The blood coursing through our veins is our body’s most precious resource. It can carry biomarkers of disease, it can facilitate the delivery of important immune cells to help fight off infection, and most importantly, it helps deliver oxygen to all the tissues and organs throughout our body.
While most people recognize how important blood is, the composition and health of blood often go unrecognized, which may decrease its ability to deliver oxygen. This is a condition called anemia, which occurs when you don’t have enough healthy red blood cells to adequately carry oxygen throughout your body. While there are many forms of anemia, researchers may have found a new molecule that is associated with the iron deficiency variant of the condition, potentially leading to new therapies.
Anemia may be caused by iron deficiency, vitamin deficiency, chronic blood loss, or can be due to your body destroying red blood cells inherently. Essentially, the condition occurs when the blood does not have enough red blood cells to do its job, and it has a multitude of origins. The following symptoms are associated with anemia:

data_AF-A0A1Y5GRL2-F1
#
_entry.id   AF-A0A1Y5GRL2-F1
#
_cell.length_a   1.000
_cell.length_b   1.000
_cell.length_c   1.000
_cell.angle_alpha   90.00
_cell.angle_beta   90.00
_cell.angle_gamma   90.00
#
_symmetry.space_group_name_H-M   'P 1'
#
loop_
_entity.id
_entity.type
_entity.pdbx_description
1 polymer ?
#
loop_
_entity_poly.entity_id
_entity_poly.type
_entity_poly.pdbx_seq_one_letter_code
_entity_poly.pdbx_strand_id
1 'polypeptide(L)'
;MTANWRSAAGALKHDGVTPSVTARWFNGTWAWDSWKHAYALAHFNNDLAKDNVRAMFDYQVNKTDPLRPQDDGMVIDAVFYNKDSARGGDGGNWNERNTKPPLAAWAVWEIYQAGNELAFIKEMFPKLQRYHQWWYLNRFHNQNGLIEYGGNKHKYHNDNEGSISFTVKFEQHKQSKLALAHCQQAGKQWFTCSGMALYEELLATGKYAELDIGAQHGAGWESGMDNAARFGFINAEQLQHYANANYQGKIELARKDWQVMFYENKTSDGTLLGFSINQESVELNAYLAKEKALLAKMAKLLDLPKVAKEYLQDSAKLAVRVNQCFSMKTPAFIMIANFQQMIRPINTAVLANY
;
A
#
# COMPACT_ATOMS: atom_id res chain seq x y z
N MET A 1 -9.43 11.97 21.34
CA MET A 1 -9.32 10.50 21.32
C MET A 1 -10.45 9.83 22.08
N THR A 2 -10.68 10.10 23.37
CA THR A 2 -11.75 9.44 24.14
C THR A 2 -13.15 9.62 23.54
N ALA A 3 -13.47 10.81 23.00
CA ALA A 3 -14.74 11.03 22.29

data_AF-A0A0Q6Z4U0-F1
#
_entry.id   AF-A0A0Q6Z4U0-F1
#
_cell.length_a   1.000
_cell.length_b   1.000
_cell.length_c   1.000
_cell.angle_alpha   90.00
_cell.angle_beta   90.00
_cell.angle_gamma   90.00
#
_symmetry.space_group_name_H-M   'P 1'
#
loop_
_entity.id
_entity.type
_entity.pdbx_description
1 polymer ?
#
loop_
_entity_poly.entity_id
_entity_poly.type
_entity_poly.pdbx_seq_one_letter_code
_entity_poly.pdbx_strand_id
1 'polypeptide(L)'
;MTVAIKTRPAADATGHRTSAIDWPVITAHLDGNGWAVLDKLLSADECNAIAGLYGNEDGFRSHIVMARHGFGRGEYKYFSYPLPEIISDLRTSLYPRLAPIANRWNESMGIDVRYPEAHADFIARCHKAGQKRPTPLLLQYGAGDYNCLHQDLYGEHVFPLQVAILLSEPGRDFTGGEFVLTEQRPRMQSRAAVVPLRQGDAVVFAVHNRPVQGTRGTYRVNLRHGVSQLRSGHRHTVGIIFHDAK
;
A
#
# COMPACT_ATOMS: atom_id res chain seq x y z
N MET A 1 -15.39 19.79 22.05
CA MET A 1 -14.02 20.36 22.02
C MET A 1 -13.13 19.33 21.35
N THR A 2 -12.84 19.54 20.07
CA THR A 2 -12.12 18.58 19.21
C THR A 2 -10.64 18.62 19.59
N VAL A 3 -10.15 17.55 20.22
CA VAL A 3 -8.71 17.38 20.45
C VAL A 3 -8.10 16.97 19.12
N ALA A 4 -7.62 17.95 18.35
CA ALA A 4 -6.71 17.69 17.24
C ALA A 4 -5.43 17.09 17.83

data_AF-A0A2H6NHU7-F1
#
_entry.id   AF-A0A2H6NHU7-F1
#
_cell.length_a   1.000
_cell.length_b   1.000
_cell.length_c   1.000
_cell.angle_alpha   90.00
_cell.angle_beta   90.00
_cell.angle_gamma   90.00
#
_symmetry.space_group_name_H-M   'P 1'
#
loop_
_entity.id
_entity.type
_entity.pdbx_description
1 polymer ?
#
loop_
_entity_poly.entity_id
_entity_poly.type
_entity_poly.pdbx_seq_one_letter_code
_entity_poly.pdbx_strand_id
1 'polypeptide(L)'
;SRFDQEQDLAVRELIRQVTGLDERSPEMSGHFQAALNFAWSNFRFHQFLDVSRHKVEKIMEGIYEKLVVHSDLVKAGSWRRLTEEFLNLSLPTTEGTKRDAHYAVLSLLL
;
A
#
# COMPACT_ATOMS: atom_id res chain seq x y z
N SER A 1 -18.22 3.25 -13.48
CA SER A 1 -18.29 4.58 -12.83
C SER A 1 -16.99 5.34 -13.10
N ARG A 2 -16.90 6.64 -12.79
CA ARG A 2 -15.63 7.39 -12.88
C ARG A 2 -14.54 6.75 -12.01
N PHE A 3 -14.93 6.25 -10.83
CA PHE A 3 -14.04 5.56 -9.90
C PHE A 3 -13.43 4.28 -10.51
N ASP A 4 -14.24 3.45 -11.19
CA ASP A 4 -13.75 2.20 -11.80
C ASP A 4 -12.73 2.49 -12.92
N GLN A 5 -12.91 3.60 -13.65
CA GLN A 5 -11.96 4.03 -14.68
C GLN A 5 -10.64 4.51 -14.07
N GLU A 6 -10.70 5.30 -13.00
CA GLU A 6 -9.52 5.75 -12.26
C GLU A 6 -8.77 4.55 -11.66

Researchers have discovered new findings that could affect iron-deficiency anemia as well as a number of other iron-related disorders, such as iron overload liver disease.
“Without iron, life itself wouldn’t be feasible. Iron transport is very important because of the role it plays in oxygen transport in blood, key metabolic processes and DNA replication,” says Barry Paw.
“Red blood cells are the number one type of tissue in the body that need iron, so if iron-transporting proteins are missing, anemia can result. Iron-deficiency anemia is the most common nutritional problem in the world,” says Paw.
The researchers recognize the having too much iron can lead to problems as well, causing tissue damage, DNA damage, and life-threatening organ dysfunction across the heart, liver, and pancreas. So, this new molecule will have to be used in a way to prevent iron overload from occurring, but what’s for sure is that it holds vast therapeutic potential.